Abstract

Background: Obstructive sleep apnoea (OSA) affects 1-6% of children & is linked to respiratory, cognitive & other morbidities. Cardiorespiratory polygraphy (CRPG) & pulse oximetry (PO) aid diagnosis in UK centres. There are no guidelines on minimum recording time for these studies.

Aims: To inform quality standards for optimal CRPG & PO recording duration.

Methods: Data were collected from 108 children aged 0.5-18y (60 male) having CRPG with simultaneous PO at Southampton Children’s Hospital. Differences between: apnoea/hypopnoea index (AHI); oximetry desaturation index 4% (ODI4) & Delta 12s index were assessed for the first 4, 5, 6 & 7 hrs of each recording. Clinical thresholds were set at ODI4=4/hr & AHI=5/hr.

Results: Limits of agreement between AHI, ODI4 & Delta 12 index widened with increasing duration of recordings. Median absolute AHI differences increased with time difference (4vs5hr median=0.20, CI=0.15-0.35; 4vs7hr median=0.5, CI=0.39-0.82 [p<0.001]) & predictably, severity (4vs7hr median=0.46 at AHI<5, & 1.20 [p=0.007] at AHI=5). Median ODI4 absolute differences followed a similar trend, with 4vs5hr median=0.20, CI=0.15-0.30; & 4vs7hr median=0.25, CI=0.21-0.39 (p<0.001); & 4vs7hr median=0.21 at ODI4<4, & 0.82 at ODI4=4 (p<0.001).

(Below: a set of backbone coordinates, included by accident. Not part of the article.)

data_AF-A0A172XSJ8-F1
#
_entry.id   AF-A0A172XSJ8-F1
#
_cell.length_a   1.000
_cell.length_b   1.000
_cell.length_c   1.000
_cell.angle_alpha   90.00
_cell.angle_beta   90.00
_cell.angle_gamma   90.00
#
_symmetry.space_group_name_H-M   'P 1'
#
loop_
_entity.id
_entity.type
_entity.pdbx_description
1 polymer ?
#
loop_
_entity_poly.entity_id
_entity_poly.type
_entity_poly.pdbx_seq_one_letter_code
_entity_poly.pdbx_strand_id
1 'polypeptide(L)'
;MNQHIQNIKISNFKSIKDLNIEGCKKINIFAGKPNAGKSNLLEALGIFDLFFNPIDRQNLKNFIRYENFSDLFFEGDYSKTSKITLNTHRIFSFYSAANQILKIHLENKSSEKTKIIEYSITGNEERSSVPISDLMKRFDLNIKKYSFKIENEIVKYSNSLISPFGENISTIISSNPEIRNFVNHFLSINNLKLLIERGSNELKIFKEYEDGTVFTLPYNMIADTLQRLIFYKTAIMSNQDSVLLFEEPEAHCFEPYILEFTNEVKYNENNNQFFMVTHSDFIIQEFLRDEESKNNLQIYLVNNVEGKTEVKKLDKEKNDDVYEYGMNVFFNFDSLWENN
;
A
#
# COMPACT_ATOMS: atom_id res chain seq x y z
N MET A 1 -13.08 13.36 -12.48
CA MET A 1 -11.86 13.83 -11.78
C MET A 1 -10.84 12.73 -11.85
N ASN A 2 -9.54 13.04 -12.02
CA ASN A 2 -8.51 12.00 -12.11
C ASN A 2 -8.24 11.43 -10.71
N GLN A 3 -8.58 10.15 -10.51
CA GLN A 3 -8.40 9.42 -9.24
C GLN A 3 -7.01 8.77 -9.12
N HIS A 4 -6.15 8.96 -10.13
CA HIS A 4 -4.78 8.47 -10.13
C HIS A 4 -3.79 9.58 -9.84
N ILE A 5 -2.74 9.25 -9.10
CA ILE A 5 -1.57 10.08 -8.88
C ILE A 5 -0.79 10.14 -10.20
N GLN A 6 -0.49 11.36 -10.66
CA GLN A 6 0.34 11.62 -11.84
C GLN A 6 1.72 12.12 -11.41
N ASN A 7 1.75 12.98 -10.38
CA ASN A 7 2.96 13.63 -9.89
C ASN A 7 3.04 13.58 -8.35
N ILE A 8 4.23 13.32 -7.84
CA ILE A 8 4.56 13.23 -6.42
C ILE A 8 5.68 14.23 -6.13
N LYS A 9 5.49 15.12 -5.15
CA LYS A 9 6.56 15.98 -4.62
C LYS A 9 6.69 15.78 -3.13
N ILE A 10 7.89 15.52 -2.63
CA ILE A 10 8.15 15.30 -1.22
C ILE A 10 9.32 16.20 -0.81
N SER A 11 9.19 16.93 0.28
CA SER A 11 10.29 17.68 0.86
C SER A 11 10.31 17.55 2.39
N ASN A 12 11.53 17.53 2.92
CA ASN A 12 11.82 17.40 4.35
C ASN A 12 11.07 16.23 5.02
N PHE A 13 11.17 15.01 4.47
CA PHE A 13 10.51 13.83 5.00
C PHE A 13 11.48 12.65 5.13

Using 7vs4hr of CRPG, 3 more children (18 vs.15) were identified with AHI=5 (p=0.453). No more children were identified using =4hrs oximetry data with ODI4=4 (n=12).

Conclusion: CRPG & PO values differ with longer recording time. Based on 7 vs. 4hrs of CRPG data, 3 extra children would be diagnosed with OSA. CRPG studies of 4hrs duration may underestimate AHI & influence treatment decisions. Replication of our data will inform study duration quality standards.